Search This Blog

Monday, February 28, 2011

Date Night

After vacationing in Palm Springs in the dead of winter, returning to below zero weather seems somehow exaggerated. The cold is colder, my coat seems bulkier and my once shiny tropical colored pedicure is now dull *sigh*. I confess that I was awestruck by the palm trees, colorful citrus trees hanging heavy with fruit in nearly everyone's yard and the overall opulence that is California. 

The stars in my eyes have faded but luckily, I did have the foresight to pack some wonderful reminders of that magical land to cook with when I returned home. I brought home a few pieces of incredible citrus, some olive oil and orange blossom honey from the farmers market and dates; beautiful, golden Halawy and deep brown Khadrawy dates grown just a few miles from where I was staying. But, what to do with dates in Minnesota? 

I could definitely stuff them with goat cheese and bacon wrap them. YUM. I have already added them to Apple Crisp and tossed them into a cabbage slaw with nuts and citrus and I will have a batch of oatmeal cookie batter with walnuts and dates in the freezer to bake later. 


But now, I am thinking dinner. Being a giant fan of Mediterranean flavors and North African flavors in particular, it wasn't hard to decide on Moroccan Date and Apricot stuffed Chicken Breasts.


Moroccan Date and Apricot stuffed Chicken Breasts

2 Bone-in, Skin-on Chicken Breasts, pounded to an even thickness

1 c. low sodium Chicken Stock
¾ cup plain Couscous
½ Orange, skinned, seeded and chopped
½ cup diced Dates
½ cup diced dried Apricots
2 Tbsp Moroccan Olives or other dry cured black olives, chopped
2 Tbsp toasted Pinenuts
1 tsp Cumin
½ tsp each Cinnamon and Ras el Hanout*
Kosher Salt to taste

Heat chicken stock to a simmer over a medium heat. Add couscous and stir. Add remaining ingredients, toss together and remove from heat. Let stand 5 minutes.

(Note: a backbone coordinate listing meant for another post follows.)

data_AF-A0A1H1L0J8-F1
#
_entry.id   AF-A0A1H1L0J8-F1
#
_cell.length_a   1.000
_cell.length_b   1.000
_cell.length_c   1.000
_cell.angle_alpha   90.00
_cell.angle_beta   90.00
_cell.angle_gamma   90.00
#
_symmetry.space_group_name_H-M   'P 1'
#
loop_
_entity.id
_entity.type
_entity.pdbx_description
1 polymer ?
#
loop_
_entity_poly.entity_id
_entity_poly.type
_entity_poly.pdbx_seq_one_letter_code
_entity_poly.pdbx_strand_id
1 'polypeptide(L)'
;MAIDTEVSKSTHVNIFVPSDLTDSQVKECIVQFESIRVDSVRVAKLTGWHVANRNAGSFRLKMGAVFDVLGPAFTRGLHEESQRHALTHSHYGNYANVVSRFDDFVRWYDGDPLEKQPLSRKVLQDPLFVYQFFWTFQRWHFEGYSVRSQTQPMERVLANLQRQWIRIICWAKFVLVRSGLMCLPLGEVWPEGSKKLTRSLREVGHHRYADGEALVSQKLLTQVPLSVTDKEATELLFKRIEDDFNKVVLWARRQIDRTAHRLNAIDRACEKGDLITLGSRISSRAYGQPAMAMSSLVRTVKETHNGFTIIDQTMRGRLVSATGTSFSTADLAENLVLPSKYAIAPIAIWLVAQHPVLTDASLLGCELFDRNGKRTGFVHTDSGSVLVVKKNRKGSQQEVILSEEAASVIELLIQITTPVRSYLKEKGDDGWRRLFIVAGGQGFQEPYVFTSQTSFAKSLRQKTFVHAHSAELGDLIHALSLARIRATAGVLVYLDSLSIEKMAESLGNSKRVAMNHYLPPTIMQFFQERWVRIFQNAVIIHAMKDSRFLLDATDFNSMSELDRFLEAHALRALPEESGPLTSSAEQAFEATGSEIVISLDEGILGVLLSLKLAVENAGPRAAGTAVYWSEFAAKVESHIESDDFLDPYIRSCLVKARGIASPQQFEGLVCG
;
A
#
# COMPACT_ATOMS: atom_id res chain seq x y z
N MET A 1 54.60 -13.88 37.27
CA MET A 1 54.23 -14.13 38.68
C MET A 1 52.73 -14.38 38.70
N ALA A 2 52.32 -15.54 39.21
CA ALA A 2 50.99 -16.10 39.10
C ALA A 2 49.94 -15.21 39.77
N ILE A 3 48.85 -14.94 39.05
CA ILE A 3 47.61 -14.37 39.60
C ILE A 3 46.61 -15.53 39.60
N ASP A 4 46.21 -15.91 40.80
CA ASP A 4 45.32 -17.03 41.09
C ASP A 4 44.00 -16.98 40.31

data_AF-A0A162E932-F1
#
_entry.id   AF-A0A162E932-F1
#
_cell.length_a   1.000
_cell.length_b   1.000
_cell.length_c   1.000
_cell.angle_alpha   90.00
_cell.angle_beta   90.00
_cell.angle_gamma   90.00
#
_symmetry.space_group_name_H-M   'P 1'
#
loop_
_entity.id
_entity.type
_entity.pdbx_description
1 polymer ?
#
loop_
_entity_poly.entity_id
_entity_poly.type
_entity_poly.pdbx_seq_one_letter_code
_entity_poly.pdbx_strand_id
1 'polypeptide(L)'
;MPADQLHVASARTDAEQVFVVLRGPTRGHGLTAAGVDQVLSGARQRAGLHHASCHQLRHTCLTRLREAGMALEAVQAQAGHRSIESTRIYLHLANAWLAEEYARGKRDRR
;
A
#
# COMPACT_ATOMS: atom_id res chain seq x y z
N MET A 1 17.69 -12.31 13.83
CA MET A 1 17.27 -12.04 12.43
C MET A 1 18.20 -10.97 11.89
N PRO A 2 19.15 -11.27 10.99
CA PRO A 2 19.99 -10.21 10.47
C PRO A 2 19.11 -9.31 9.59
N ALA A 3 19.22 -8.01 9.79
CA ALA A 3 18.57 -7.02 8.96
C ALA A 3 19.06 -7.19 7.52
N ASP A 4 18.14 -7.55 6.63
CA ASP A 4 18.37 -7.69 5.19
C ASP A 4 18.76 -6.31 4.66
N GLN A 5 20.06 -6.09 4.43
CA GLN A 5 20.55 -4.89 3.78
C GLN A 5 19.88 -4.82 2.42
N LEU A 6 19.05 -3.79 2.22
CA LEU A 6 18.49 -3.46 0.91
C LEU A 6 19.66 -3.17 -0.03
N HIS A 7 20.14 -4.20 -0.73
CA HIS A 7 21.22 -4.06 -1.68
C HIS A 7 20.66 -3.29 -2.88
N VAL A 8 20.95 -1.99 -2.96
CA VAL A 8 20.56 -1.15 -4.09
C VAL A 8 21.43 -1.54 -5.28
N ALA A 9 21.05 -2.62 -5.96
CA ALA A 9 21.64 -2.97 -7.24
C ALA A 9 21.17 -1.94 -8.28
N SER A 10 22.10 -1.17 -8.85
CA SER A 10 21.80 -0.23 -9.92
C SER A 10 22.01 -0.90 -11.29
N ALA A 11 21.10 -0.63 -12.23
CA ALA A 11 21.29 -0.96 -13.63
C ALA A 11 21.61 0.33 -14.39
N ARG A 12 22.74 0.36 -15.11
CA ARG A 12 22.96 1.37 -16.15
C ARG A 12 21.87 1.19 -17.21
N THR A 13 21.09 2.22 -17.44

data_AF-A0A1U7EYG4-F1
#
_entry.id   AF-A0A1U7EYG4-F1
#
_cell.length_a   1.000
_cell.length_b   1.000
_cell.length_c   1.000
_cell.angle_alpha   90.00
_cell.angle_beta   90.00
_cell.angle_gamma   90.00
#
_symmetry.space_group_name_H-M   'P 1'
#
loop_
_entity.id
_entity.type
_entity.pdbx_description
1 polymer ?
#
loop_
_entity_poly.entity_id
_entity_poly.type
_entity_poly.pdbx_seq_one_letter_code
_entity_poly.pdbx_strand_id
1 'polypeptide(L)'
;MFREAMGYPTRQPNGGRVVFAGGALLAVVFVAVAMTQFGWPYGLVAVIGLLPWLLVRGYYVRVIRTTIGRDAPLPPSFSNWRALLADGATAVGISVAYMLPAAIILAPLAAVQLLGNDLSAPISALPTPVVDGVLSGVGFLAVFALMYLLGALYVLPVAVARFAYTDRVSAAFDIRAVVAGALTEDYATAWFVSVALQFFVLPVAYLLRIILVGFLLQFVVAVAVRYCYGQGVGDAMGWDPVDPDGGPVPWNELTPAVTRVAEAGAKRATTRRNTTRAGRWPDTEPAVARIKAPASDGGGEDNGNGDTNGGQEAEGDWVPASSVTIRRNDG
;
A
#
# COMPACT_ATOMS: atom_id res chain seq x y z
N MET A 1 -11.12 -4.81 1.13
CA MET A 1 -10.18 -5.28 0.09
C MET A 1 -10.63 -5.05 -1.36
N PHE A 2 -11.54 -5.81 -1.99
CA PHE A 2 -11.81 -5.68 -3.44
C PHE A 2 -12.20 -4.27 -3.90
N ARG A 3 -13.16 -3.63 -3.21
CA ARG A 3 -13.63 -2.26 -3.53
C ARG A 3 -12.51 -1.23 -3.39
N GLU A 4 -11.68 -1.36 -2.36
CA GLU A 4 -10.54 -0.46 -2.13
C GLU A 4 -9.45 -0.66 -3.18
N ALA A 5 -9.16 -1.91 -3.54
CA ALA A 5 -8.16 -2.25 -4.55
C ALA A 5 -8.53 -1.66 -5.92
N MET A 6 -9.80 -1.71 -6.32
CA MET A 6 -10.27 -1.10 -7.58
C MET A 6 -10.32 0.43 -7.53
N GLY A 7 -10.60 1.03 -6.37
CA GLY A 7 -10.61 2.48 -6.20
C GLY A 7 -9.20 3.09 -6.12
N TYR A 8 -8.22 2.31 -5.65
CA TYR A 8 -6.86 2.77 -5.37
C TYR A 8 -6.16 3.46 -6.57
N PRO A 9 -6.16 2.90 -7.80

Lay out the pounded breasts, skin side down. Mound the couscous stuffing on the chicken breast and pull the ends up over the couscous. Use skewers or tie the breasts to hold the meat in place. 

Brown the rolls briefly, skin side down in a little olive oil in a saute pan, then turn each skin side up into an ovenproof pan. 

Place the chicken breasts in a 350 degree oven for 30-40 minutes until the internal temperature reaches 160 degrees. Let the chicken rest 10 minutes. The temperature will continue to rise until it exceeds 165 degrees (essential for chicken to be cooked thoroughly). Remove the skewers and slice the breasts into thick slices.

Juice and pulp of ½ of an Orange (about ½ cup)
¼ cup Chicken Stock
1 Tbsp Olive Oil
1 – 1½ Tbsp Honey
1 tsp Ginger Puree or grated fresh ginger
1/8 tsp each Cinnamon, Cumin and Ras el Hanout
Kosher Salt to taste

While the chicken is roasting, squeeze the remaining orange half into a small saute pan. Add the chicken stock and olive oil. Heat together to a low simmer. Add honey, ginger and spices and heat through. Taste and season as needed. 


Pour a little of the sauce over the roasted, sliced chicken breasts. Serve with any remaining couscous and a salad. Think warm California thoughts.

  • *Ras el Hanout is a middle eastern spice blend that translates to something like 'top of the house' or the 'house blend'. You can buy it ready made or find a number of recipes on line with which you can experiment and create your own 'house blend'.

  • Save those bones! Buying bone in poultry is almost always cheaper than boneless. Whether you are roasting whole birds or creating your own boneless cuts, save the bones in a container along with onion peels, celery and carrot trimmings. This gives you the makings of chicken stock whenever you are ready to make it without any additional cost.
  • Fresh ginger can be kept in the freezer and grated as you need it or you can often find ready to use ginger puree in a tube near the herbs in your local market.


  •  Pinenuts are best toasted in a small saute pan over medium heat. Keep the nuts moving in the pan to avoid burning them until they are warmed through, lightly brown and fragrant.

No comments:

Post a Comment